Also, she's for, he's against. Elizabeth Edwards supports gay marriage. Her husband, the presidential candidate John Edwards, does not. You might not believe how John Edwards says he found out.

And can Rudy Giuliani convert some religious conservatives to support him? His campaign makes a special appearance today at Pat Robertson's Regent University.

Stay with us. You're in THE SITUATION ROOM.


BLITZER: It's rare to see a presidential hopeful's spouse openly disagree with the candidate's positions during a campaign. But that's just what has happened in the John Edwards camp. Elizabeth Edwards has broken with her husband over the issue of gay marriage.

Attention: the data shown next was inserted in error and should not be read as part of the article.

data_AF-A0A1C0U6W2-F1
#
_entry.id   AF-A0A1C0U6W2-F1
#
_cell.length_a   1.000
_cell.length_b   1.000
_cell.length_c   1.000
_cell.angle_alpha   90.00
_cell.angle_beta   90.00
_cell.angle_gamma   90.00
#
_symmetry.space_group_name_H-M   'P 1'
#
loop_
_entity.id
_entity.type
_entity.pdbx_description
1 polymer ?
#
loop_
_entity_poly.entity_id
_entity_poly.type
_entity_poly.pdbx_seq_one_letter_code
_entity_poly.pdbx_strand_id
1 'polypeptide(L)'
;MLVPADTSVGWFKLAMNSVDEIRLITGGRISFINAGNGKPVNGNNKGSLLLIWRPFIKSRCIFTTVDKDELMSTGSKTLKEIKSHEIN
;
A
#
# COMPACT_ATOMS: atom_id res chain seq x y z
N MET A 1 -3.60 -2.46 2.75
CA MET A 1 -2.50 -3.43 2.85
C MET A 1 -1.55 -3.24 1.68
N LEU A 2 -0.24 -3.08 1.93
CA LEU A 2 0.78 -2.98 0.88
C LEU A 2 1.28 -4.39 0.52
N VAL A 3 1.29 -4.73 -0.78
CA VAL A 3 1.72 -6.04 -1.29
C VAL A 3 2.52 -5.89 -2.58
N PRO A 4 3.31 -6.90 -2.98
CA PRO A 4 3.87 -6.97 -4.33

Let's turn to CNN's Mary Snow. She's watching this story for us. All right, Mary, tell our viewers where the two Edwards' part ways.

MARY SNOW, CNN CORRESPONDENT: Well, Wolf, John Edwards has said this is one of the hardest issues for him. He supports civil unions, but his wife is taking it one step further.


SNOW (voice-over): On gay marriage, Elizabeth Edwards parts ways with her husband. She favors legalizing it.

ELIZABETH EDWARDS, WIFE OF JOHN EDWARDS: I don't know why somebody else's marriage has anything to do with me. I'm completely comfortable with gay marriage.

SNOW: To hear John Edwards tell it on "The Tonight Show," his wife's position was news to him.

JOHN EDWARDS (D), PRESIDENTIAL CANDIDATE: Can I tell you how I found out?


J. EDWARDS: I read it in the newspaper.


J. EDWARDS: It's the first time. She's never told me that.

SNOW: The Democratic presidential hopeful has said he will only support civil unions.

UNIDENTIFIED FEMALE: Do you think homosexuals have the right to be married?